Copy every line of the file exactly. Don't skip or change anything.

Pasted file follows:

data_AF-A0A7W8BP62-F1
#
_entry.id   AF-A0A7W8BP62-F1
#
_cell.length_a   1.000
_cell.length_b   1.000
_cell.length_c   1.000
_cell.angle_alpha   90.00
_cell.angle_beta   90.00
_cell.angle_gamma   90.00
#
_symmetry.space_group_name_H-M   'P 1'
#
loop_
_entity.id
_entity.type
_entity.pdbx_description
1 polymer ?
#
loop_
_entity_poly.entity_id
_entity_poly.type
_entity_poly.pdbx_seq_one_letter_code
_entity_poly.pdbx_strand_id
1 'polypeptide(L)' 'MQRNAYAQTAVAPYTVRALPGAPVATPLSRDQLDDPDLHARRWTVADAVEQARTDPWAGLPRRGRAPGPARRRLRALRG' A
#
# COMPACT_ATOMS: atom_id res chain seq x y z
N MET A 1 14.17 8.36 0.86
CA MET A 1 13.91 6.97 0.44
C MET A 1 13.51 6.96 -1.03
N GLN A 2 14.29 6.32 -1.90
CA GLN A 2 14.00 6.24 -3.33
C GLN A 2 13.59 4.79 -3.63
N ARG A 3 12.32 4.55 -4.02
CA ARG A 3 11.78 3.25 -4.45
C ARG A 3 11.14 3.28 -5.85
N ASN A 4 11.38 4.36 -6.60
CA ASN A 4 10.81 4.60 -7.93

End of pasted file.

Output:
data_AF-A0A7W8BP62-F1
#
_entry.id   AF-A0A7W8BP62-F1
#
_cell.length_a   1.000
_cell.length_b   1.000
_cell.length_c   1.000
_cell.angle_alpha   90.00
_cell.angle_beta   90.00
_cell.angle_gamma   90.00
#
_symmetry.space_group_name_H-M   'P 1'
#
loop_
_entity.id
_entity.type
_entity.pdbx_description
1 polymer ?
#
loop_
_entity_poly.entity_id
_entity_poly.type
_entity_poly.pdbx_seq_one_letter_code
_entity_poly.pdbx_strand_id
1 'polypeptide(L)' 'MQRNAYAQTAVAPYTVRALPGAPVATPLSRDQLDDPDLHARRWTVADAVEQARTDPWAGLPRRGRAPGPARRRLRALRG' A
#
# COMPACT_ATOMS: atom_id res chain seq x y z
N MET A 1 14.17 8.36 0.86
CA MET A 1 13.91 6.97 0.44
C MET A 1 13.51 6.96 -1.03
N GLN A 2 14.29 6.32 -1.90
CA GLN A 2 14.00 6.24 -3.33
C GLN A 2 13.59 4.79 -3.63
N ARG A 3 12.32 4.55 -4.02
CA ARG A 3 11.78 3.25 -4.45
C ARG A 3 11.14 3.28 -5.85
N ASN A 4 11.38 4.36 -6.60
CA ASN A 4 10.81 4.60 -7.93